Sensation Is Information: How Athletes Can Learn From Pain

For athletes, especially in distance sports such as running and swimming, dealing with pain and discomfort comes with the territory. It’s not if pain and discomfort will surface, but when and how often. Putting the body under so much distress for miles and miles will certainly test the body and is part of the mental and physical preparation for these athletes.

But at what point do athletes decide to tough it out through the pain or surrender to avoid further discomfort? It’s a fine line that athletes must walk and requires mental fortitude.

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The Mental Block in Post-Injury Comebacks

Insights from leaders in sport psychology

For athletes of all levels, suffering an injury can be some of the most challenging moments they face in their career. Physically treating the injury is only a part of the recovery. Some sports lend themselves to more benign injuries—broken bones and pulled muscles— with very clear trajectories for recovery. Other sports often involving speed or technical environments (think diving, gymnastics, racecar driving, skiing, pole vaulting, equestrian) can render injuries that can be quite medically complicated and psychologically devastating.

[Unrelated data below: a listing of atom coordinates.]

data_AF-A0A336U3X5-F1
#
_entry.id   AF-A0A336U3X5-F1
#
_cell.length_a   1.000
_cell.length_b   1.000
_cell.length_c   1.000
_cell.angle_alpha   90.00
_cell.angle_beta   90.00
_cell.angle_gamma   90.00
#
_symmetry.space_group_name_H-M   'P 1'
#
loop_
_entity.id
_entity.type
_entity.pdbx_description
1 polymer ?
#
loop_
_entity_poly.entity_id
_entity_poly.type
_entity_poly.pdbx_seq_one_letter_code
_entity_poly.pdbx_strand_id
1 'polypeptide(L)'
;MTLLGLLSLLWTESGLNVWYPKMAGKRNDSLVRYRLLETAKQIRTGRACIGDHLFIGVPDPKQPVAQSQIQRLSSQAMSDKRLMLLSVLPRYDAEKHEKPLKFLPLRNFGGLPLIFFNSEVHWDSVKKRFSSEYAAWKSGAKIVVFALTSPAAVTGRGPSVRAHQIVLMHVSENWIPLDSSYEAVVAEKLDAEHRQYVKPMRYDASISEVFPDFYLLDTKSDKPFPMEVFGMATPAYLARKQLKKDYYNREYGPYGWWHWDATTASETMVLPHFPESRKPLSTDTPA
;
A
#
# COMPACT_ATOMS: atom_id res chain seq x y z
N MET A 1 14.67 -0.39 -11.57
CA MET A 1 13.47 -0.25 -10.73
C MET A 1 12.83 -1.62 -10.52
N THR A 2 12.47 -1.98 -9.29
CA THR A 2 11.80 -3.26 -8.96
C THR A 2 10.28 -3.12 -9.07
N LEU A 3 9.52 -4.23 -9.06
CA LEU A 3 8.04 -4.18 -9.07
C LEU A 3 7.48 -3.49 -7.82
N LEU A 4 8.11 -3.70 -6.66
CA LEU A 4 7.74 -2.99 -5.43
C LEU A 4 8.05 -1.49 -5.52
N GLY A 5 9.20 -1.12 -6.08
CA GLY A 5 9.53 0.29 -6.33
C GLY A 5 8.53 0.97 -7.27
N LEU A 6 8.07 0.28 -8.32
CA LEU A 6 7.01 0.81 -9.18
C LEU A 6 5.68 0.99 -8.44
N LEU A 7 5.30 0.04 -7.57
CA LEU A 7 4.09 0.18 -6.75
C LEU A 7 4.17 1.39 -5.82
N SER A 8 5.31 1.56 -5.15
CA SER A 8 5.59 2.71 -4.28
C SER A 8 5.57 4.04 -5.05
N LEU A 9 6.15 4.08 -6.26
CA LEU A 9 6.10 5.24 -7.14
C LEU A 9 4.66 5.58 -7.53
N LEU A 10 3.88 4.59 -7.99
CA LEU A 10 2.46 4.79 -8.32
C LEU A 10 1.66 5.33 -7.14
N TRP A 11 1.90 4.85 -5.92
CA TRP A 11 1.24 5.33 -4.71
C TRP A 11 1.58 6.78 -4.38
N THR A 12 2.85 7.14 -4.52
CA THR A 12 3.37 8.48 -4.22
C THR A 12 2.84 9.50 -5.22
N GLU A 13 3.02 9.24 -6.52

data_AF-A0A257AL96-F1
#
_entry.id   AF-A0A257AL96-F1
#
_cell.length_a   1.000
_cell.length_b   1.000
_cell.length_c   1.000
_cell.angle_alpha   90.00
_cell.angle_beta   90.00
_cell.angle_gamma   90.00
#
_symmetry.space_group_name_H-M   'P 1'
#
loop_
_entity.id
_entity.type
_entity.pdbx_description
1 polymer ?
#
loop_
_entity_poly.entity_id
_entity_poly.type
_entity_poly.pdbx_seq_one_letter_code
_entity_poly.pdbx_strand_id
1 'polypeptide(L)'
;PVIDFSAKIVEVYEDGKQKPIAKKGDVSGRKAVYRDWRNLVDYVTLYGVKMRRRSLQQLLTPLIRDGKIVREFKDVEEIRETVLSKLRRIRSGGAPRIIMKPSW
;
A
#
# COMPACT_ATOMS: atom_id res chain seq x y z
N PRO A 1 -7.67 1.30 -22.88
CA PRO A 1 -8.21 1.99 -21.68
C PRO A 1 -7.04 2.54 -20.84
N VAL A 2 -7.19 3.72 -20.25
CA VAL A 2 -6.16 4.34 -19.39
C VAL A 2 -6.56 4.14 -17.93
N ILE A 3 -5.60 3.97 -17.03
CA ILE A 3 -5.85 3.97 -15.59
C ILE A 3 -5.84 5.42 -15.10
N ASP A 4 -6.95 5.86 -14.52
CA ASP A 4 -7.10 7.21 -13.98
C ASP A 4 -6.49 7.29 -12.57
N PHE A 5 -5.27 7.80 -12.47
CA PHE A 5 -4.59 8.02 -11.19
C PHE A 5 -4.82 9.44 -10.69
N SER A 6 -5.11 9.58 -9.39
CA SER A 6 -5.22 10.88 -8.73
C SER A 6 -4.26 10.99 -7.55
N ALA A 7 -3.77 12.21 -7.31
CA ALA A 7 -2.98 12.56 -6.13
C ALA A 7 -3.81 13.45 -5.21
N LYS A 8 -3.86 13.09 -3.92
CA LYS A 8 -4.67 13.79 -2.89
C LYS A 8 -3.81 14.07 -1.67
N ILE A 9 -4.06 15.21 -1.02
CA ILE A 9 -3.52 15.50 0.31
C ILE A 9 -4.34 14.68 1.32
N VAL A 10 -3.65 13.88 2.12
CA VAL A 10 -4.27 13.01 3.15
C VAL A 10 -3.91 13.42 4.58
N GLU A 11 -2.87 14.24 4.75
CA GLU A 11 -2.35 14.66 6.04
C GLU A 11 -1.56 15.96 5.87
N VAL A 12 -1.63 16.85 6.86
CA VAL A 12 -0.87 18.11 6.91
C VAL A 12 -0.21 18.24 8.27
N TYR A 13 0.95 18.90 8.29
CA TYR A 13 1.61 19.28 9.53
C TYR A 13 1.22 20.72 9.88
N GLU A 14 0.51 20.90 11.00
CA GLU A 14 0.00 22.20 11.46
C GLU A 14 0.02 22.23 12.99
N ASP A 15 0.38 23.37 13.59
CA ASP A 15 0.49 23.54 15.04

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The Link Between CTE, PCS and Athletes | What You Should Know

CTE and Athletes: What is the Link?
How data should be interpreted no matter which stance you take

The degenerative brain disease known as chronic traumatic encephalopathy (CTE) has been a hot topic in the sports world, especially in light of the NFL recently admitting to the link between football and the disease. The topic even spawned the critically claimed movie, Concussion, starring Will Smith.
Although plenty of studies have pointed to the link between CTE and contact sports such as football, hockey and boxing, there are studies that have been published that suggest otherwise.

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